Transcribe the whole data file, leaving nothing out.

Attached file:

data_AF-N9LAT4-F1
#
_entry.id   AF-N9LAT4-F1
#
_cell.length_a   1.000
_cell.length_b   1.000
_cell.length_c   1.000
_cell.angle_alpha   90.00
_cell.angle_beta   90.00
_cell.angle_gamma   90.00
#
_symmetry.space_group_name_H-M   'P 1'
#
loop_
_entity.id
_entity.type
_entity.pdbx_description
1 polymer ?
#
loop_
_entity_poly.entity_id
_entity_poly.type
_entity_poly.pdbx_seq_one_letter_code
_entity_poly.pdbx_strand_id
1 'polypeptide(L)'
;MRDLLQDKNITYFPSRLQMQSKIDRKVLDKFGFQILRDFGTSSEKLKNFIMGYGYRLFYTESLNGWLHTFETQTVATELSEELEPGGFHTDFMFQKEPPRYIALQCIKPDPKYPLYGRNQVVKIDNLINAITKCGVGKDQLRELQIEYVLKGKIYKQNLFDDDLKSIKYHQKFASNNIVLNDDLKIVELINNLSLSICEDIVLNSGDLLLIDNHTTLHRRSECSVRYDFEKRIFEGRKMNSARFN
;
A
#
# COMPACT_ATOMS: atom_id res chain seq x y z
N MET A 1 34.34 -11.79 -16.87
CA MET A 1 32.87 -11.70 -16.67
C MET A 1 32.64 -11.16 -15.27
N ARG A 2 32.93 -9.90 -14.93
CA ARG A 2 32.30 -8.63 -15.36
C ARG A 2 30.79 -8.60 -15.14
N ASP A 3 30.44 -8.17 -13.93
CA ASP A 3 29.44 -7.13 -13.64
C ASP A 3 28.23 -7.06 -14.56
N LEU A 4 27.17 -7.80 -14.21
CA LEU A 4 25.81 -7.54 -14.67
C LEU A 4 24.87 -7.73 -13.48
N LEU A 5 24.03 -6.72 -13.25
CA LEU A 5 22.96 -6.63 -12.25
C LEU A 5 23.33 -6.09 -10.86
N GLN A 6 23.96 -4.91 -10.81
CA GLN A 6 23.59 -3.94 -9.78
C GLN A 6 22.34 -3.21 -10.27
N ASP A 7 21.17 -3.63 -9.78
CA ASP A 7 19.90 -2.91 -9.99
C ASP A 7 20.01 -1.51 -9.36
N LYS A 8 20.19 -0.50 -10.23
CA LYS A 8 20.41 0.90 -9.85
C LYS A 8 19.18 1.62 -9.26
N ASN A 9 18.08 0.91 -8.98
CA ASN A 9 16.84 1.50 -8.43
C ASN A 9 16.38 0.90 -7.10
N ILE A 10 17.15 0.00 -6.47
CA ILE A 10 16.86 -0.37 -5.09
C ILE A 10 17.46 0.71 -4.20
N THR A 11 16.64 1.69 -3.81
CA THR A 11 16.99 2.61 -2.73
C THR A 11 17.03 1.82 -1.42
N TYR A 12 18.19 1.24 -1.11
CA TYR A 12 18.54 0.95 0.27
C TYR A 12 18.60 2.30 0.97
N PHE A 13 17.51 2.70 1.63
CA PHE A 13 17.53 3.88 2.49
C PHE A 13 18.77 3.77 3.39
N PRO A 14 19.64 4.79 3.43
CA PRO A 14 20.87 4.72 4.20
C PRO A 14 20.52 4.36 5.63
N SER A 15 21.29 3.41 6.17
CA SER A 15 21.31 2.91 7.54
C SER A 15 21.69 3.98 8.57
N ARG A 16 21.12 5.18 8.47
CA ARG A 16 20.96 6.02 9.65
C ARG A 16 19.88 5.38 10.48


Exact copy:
data_AF-N9LAT4-F1
#
_entry.id   AF-N9LAT4-F1
#
_cell.length_a   1.000
_cell.length_b   1.000
_cell.length_c   1.000
_cell.angle_alpha   90.00
_cell.angle_beta   90.00
_cell.angle_gamma   90.00
#
_symmetry.space_group_name_H-M   'P 1'
#
loop_
_entity.id
_entity.type
_entity.pdbx_description
1 polymer ?
#
loop_
_entity_poly.entity_id
_entity_poly.type
_entity_poly.pdbx_seq_one_letter_code
_entity_poly.pdbx_strand_id
1 'polypeptide(L)'
;MRDLLQDKNITYFPSRLQMQSKIDRKVLDKFGFQILRDFGTSSEKLKNFIMGYGYRLFYTESLNGWLHTFETQTVATELSEELEPGGFHTDFMFQKEPPRYIALQCIKPDPKYPLYGRNQVVKIDNLINAITKCGVGKDQLRELQIEYVLKGKIYKQNLFDDDLKSIKYHQKFASNNIVLNDDLKIVELINNLSLSICEDIVLNSGDLLLIDNHTTLHRRSECSVRYDFEKRIFEGRKMNSARFN
;
A
#
# COMPACT_ATOMS: atom_id res chain seq x y z
N MET A 1 34.34 -11.79 -16.87
CA MET A 1 32.87 -11.70 -16.67
C MET A 1 32.64 -11.16 -15.27
N ARG A 2 32.93 -9.90 -14.93
CA ARG A 2 32.30 -8.63 -15.36
C ARG A 2 30.79 -8.60 -15.14
N ASP A 3 30.44 -8.17 -13.93
CA ASP A 3 29.44 -7.13 -13.64
C ASP A 3 28.23 -7.06 -14.56
N LEU A 4 27.17 -7.80 -14.21
CA LEU A 4 25.81 -7.54 -14.67
C LEU A 4 24.87 -7.73 -13.48
N LEU A 5 24.03 -6.72 -13.25
CA LEU A 5 22.96 -6.63 -12.25
C LEU A 5 23.33 -6.09 -10.86
N GLN A 6 23.96 -4.91 -10.81
CA GLN A 6 23.59 -3.94 -9.78
C GLN A 6 22.34 -3.21 -10.27
N ASP A 7 21.17 -3.63 -9.78
CA ASP A 7 19.90 -2.91 -9.99
C ASP A 7 20.01 -1.51 -9.36
N LYS A 8 20.19 -0.50 -10.23
CA LYS A 8 20.41 0.90 -9.85
C LYS A 8 19.18 1.62 -9.26
N ASN A 9 18.08 0.91 -8.98
CA ASN A 9 16.84 1.50 -8.43
C ASN A 9 16.38 0.90 -7.10
N ILE A 10 17.15 0.00 -6.47
CA ILE A 10 16.86 -0.37 -5.09
C ILE A 10 17.46 0.71 -4.20
N THR A 11 16.64 1.69 -3.81
CA THR A 11 16.99 2.61 -2.73
C THR A 11 17.03 1.82 -1.42
N TYR A 12 18.19 1.24 -1.11
CA TYR A 12 18.54 0.95 0.27
C TYR A 12 18.60 2.30 0.97
N PHE A 13 17.51 2.70 1.63
CA PHE A 13 17.53 3.88 2.49
C PHE A 13 18.77 3.77 3.39
N PRO A 14 19.64 4.79 3.43
CA PRO A 14 20.87 4.72 4.20
C PRO A 14 20.52 4.36 5.63
N SER A 15 21.29 3.41 6.17
CA SER A 15 21.31 2.91 7.54
C SER A 15 21.69 3.98 8.57
N ARG A 16 21.12 5.18 8.47
CA ARG A 16 20.96 6.02 9.65
C ARG A 16 19.88 5.38 10.48